To me, Narnia was a perfect series for the un-cluttered mind of a child. It was easy to recognize the Christianity behind the writings, but unconcerned about the "theology" of it, the inconsistencies didn't bother me. A child could "get" the moral without being clubbed over the head with it.
As an adult, I have greater appreciation for the "theology" of Tolkien and the years of effort he put into making sure it was correct. The Christianity in it isn't so easy to decipher, until one steps back and thinks about it. On the first read, I missed many of the connections or "knots" in the rope as Tolkien described them. But as I read about it, listened to podcasts on the subject and then discuss the books with my daughter, they become apparent.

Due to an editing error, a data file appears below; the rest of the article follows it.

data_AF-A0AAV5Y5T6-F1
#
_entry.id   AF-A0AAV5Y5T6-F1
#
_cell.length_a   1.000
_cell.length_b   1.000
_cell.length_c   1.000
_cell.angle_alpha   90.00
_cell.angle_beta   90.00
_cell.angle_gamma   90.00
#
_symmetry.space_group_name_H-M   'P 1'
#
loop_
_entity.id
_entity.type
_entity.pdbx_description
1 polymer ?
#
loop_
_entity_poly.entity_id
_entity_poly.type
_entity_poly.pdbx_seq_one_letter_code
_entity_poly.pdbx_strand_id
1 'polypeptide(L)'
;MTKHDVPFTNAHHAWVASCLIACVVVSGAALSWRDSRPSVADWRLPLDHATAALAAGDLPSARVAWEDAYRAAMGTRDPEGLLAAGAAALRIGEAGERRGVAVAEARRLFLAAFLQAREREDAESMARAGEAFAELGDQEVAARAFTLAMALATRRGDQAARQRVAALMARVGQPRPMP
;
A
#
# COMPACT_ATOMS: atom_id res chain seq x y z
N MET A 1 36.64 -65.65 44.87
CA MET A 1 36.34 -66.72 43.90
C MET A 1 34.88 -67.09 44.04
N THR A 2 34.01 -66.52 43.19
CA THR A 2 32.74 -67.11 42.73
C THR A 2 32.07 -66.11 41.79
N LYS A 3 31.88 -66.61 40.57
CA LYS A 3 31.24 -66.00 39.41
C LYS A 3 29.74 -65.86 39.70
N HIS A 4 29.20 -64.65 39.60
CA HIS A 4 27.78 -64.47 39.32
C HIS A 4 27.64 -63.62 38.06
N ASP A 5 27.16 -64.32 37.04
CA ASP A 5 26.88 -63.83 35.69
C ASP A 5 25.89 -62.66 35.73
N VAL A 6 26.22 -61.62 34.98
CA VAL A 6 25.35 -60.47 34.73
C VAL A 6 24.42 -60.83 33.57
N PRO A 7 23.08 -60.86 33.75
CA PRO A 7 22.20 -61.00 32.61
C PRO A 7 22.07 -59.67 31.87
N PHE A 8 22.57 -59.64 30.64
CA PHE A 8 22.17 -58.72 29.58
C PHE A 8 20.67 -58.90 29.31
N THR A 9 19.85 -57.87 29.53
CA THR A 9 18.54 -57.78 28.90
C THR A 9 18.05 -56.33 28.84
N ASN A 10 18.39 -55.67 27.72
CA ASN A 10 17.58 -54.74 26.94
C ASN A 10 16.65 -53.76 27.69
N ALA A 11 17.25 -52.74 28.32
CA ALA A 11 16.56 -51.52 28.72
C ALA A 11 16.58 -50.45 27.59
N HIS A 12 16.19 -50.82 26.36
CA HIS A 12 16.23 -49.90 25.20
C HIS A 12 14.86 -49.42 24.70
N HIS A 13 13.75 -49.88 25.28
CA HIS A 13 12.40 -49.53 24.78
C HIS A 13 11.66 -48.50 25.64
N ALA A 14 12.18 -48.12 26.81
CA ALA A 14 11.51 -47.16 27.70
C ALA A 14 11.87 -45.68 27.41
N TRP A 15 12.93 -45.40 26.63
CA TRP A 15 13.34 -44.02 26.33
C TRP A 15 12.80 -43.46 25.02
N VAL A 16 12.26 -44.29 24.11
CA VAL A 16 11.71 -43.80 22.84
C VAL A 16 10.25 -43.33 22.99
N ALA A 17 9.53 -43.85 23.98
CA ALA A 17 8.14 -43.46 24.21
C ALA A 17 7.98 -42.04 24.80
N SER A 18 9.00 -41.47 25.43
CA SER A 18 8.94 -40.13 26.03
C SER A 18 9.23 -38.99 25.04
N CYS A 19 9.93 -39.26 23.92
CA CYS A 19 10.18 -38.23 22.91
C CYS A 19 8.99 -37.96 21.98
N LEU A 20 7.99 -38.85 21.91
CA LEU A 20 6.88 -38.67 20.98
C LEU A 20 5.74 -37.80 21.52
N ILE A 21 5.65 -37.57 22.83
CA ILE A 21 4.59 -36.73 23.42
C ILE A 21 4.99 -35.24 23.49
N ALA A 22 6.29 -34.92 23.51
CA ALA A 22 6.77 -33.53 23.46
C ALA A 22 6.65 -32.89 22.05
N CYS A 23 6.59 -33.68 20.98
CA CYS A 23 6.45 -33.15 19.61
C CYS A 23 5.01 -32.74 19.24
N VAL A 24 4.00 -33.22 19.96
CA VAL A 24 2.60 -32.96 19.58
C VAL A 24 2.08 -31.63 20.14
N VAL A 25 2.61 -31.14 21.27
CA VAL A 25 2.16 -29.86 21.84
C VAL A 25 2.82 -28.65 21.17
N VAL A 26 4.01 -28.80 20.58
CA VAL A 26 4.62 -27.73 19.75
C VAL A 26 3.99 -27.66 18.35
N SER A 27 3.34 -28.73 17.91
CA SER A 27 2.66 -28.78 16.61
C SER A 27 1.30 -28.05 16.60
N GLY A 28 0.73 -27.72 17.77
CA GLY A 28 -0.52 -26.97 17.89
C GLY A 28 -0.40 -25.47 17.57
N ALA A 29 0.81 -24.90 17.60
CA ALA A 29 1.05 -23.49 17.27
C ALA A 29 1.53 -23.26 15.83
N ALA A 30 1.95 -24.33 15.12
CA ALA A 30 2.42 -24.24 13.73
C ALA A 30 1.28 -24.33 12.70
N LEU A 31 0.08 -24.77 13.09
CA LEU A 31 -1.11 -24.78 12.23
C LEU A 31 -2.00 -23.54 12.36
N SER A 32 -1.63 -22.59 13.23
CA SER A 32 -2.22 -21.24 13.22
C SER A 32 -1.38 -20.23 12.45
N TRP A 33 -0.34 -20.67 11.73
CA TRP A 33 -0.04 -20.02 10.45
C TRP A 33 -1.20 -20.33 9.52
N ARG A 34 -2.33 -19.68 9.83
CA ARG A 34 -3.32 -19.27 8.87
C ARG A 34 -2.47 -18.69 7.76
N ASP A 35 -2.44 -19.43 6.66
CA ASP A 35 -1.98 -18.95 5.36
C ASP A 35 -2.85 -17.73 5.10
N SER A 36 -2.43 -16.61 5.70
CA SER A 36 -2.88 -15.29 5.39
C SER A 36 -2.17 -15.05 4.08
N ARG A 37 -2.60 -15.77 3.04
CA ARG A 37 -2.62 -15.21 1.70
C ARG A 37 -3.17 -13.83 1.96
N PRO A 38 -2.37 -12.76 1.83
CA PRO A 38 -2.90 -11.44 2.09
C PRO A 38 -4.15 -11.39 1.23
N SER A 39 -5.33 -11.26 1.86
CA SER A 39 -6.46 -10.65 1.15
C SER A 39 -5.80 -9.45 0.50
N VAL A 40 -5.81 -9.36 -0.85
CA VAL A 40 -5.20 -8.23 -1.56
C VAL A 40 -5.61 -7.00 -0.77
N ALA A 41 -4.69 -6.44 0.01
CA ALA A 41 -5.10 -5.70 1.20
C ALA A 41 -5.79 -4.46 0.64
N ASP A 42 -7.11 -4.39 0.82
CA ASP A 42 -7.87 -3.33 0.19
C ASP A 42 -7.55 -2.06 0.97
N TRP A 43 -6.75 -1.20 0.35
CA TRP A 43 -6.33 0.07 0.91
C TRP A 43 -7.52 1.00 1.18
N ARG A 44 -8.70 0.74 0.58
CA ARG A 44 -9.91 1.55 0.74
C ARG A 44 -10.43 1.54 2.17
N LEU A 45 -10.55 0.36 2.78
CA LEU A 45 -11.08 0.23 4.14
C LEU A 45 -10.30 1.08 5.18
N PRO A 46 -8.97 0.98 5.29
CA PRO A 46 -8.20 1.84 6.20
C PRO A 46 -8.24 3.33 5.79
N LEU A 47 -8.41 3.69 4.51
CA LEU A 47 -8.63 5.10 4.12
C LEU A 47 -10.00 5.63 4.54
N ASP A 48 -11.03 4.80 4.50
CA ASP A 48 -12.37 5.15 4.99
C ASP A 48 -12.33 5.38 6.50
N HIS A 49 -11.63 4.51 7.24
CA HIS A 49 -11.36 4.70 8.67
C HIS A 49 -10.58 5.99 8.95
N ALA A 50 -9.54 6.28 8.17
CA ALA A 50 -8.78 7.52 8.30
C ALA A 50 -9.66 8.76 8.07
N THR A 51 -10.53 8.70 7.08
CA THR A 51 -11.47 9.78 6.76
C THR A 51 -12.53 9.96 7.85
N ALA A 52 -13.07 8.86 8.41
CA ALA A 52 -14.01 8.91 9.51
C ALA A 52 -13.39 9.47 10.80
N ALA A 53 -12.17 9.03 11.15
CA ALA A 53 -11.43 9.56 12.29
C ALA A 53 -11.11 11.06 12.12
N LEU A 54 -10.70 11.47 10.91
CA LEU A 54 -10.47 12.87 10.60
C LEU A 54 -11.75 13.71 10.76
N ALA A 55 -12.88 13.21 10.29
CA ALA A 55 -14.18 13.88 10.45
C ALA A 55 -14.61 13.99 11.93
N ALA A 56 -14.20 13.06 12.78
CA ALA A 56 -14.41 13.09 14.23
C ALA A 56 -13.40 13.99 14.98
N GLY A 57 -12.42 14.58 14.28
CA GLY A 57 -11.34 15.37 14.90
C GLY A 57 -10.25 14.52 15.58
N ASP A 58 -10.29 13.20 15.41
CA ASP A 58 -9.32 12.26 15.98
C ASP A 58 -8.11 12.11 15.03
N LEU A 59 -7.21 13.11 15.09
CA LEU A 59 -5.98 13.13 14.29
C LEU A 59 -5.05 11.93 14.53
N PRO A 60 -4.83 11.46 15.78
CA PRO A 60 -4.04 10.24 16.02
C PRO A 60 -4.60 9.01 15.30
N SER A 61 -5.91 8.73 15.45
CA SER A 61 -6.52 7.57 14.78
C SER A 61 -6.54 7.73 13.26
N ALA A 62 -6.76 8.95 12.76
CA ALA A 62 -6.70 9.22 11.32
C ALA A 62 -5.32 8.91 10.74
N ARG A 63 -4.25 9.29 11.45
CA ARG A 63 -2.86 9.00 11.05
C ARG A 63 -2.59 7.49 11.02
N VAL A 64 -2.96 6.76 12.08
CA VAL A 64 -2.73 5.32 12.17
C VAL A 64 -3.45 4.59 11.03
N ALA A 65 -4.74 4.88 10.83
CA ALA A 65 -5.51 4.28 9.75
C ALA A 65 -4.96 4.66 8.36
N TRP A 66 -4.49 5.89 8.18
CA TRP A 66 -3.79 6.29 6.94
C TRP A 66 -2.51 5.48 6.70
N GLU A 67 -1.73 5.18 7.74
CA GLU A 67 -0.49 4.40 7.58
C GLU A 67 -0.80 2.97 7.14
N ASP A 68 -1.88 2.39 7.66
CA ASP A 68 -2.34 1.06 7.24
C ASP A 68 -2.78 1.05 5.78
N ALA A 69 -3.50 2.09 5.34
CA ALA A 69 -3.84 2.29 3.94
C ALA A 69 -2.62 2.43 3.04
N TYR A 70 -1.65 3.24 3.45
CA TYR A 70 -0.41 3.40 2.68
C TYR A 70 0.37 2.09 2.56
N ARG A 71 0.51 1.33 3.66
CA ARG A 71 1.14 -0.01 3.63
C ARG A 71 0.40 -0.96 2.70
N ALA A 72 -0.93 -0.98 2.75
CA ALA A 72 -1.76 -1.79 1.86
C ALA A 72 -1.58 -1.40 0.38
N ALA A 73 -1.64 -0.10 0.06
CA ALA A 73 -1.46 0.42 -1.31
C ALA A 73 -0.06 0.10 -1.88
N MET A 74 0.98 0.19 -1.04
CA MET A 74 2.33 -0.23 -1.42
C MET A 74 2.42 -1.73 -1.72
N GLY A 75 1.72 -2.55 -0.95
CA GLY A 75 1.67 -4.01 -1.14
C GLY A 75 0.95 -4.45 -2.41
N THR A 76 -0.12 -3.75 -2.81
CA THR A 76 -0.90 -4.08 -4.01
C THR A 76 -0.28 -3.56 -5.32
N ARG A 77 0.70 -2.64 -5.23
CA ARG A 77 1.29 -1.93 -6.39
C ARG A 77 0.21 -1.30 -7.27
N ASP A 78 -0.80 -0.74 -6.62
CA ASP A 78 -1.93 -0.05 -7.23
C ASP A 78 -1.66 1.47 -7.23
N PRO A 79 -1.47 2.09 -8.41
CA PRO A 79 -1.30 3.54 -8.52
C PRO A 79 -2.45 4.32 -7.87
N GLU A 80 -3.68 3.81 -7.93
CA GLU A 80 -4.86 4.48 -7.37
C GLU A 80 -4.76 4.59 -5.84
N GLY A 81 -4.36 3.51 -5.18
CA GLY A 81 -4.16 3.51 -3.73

It is interesting to look at the Narnia series as Ward does here, looking deeper and making the connections that weren't obvious before. Seems like great literary works offer that deeper meaning every time they are reviewed and studied, like the greatest literary work of all time, the Bible. But one must be careful not to have the theory formed before the facts are presented (to borrow from Sherlock Holmes) because that can lead to facts being twisted to fit the theory.
Not saying that Ward does that with here, but just saying.